The six players whose cases were resolved Thursday met with baseball officials after media reports of their names surfaced in a national drug investigation by the district attorney in Albany, N.Y.

Royals general manager Dayton Moore said the club will support Guillen, who earlier Thursday finalized a $36 million, three-year contract with Kansas City.

"We signed Jose knowing that was a possibility," Moore said Thursday. "While my initial reaction is one of disappointment, I am thoroughly convinced that Jose will put this behind him."

The San Francisco Chronicle reported last month that Guillen bought nearly $20,000 worth of steroids and human growth hormone from 2003 through 2005.

Citing business records, the Chronicle reported Guillen bought more than $19,000 worth of drugs from the Palm Beach Rejuvenation Center between May 2002 and June 2005. He played for five teams during that span: the Diamondbacks, Reds, Athletics, Angels and Nationals.

According to the Chronicle report, some prescriptions for Guillen were written by the same Florida dentist whose license was suspended in 2003 for fraud and incompetence. The dentist also reportedly prescribed HGH to Cleveland Indians pitcher Paul Byrd.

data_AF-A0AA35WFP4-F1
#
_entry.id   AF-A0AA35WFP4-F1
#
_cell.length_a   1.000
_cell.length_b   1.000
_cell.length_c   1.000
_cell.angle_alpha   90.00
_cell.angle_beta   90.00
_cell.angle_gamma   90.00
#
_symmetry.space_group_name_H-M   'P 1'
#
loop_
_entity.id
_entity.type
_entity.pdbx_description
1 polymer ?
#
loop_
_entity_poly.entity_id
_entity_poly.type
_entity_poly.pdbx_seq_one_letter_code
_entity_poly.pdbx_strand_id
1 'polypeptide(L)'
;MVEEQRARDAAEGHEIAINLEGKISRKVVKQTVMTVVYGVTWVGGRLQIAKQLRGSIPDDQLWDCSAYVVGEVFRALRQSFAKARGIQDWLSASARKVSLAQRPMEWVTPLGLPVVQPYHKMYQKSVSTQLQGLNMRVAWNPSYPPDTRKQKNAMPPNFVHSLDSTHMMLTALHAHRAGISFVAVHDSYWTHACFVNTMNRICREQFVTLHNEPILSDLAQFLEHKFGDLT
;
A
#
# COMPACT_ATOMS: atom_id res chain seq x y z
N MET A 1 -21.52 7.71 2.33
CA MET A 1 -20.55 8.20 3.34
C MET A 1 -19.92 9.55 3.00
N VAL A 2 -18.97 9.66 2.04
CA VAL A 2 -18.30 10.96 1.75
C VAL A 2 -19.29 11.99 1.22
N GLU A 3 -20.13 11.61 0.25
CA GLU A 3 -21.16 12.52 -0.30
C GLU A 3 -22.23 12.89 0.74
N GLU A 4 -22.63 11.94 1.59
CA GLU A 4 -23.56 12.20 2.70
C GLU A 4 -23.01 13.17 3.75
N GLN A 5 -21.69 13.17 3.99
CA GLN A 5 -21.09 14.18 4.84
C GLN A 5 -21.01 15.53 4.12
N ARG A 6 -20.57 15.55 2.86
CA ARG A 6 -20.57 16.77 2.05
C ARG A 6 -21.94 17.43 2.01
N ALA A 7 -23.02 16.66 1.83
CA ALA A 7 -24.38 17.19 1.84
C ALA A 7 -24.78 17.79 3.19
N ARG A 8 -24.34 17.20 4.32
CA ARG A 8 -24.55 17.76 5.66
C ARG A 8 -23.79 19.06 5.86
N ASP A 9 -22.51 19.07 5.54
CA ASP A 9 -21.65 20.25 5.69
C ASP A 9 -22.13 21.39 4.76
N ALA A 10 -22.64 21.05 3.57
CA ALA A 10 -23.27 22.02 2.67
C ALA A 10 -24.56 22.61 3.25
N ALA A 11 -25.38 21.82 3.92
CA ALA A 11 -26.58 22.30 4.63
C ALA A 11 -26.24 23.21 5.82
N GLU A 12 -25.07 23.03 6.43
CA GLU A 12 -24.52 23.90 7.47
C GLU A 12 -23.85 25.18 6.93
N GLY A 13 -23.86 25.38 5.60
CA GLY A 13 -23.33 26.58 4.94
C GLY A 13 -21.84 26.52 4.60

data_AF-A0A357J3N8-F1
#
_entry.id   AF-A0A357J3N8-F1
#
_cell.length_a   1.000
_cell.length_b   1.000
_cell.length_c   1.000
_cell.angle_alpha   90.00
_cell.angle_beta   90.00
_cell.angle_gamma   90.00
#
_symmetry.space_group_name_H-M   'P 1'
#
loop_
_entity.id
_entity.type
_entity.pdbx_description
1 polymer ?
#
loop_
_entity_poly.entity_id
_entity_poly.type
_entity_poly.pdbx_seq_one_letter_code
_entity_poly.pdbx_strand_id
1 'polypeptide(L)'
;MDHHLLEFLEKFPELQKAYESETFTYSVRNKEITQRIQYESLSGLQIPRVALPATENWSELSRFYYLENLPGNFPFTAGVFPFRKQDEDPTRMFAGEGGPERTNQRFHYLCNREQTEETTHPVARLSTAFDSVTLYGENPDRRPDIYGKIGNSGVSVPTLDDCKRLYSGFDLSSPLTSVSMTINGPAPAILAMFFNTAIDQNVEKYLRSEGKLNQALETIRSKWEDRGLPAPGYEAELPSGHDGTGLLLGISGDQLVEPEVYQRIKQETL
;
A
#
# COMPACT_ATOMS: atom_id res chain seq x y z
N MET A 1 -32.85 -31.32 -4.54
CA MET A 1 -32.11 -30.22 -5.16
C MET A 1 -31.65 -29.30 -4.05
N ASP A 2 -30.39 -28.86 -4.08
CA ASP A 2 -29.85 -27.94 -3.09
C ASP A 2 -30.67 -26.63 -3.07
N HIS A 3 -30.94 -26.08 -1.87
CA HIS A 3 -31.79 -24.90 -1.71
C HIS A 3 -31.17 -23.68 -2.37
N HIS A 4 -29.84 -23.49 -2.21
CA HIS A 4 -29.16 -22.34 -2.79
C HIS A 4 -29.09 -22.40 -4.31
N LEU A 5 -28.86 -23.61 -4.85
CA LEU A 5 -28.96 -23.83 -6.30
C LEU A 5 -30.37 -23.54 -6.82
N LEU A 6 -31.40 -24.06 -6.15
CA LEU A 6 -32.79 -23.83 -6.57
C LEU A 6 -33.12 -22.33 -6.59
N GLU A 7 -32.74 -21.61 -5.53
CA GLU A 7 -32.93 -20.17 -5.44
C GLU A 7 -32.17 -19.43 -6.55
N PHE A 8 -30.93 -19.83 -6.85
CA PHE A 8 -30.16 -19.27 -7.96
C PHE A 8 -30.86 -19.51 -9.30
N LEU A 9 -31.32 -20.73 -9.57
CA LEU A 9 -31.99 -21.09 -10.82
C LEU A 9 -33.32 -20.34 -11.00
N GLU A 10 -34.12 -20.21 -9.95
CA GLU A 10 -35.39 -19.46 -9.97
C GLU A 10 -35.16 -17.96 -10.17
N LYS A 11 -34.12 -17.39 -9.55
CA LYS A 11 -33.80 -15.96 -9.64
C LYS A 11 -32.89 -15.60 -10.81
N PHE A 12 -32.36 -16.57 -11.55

The Chronicle said Byrd made 13 purchases of HGH between August 2002 and January 2005.
Guillen reportedly had some of the shipments sent to the Oakland Coliseum during the 2003 season, after he was traded to the A's. The anti-aging clinic was raided in February as part of an investigation by the Albany County, N.Y., district attorney.

Gibbons got six shipments of Genotropin (a brand name for synthetic human growth hormone), two shipments of testosterone and two shipments of human chorionic gonadotropin (HCG) between October 2003 and July 2005, SI.com said on Sept. 9, citing a source in Florida with knowledge of a Signature Pharmacy client list.

The pharmacy is under investigation for illegally distributing prescription medications.

The substances were obtained through South Beach Rejuvenation Center/Modern Therapy, a Miami Beach clinic, and sent through Signature, SI.com said.

Ankiel met with baseball lawyers Sept. 11 following a report by the New York Daily News that he received eight shipments of prescription HGH in 2004, before it was banned by baseball.

"We're obviously pleased," said Scott Boras, the agent for Ankiel and Schoeneweis. "As we had said before with each of these players, they had not violated any baseball rule or any state or federal law."

Glaus received shipments at a Corona, Calif., address that traces to the player, SI.com said, citing a source in Florida with knowledge of a Signature Pharmacy client list. SI.com said its information dealt only with receipt of steroids and not use.